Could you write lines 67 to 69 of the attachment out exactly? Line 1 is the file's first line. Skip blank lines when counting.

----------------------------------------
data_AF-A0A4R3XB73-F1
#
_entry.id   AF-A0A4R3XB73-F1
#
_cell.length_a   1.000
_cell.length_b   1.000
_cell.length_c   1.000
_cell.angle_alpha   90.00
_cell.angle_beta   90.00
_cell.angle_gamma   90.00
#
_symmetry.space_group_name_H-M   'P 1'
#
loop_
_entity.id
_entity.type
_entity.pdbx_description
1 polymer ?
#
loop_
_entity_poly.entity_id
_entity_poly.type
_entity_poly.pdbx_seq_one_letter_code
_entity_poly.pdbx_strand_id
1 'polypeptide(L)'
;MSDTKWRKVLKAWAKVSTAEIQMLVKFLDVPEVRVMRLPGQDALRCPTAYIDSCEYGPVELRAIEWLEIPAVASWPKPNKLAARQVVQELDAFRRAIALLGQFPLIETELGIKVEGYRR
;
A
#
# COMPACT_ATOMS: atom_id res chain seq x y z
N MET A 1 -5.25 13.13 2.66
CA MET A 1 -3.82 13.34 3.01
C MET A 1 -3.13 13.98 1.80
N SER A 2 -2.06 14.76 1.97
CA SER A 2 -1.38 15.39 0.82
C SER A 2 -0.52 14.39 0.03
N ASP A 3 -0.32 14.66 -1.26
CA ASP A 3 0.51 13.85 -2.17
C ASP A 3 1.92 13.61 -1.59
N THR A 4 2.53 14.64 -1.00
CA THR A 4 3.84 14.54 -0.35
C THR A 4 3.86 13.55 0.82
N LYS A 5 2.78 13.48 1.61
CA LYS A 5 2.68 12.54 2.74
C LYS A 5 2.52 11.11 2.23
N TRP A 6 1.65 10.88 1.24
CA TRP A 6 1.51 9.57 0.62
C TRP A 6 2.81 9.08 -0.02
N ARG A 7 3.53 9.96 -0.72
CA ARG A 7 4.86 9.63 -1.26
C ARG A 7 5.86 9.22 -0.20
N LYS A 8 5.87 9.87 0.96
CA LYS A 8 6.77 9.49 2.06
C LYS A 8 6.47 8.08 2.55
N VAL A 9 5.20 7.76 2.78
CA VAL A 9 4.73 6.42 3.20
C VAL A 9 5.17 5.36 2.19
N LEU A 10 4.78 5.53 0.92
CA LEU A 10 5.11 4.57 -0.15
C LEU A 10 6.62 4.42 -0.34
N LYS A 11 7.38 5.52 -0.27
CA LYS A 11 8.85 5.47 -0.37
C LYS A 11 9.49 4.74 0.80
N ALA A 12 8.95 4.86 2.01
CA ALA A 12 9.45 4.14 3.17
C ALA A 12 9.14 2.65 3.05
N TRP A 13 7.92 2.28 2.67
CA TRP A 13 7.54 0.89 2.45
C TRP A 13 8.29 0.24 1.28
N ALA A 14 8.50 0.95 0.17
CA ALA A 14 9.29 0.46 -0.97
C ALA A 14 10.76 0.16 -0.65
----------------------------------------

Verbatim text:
N TRP A 13 7.92 2.28 2.67
CA TRP A 13 7.54 0.89 2.45
C TRP A 13 8.29 0.24 1.28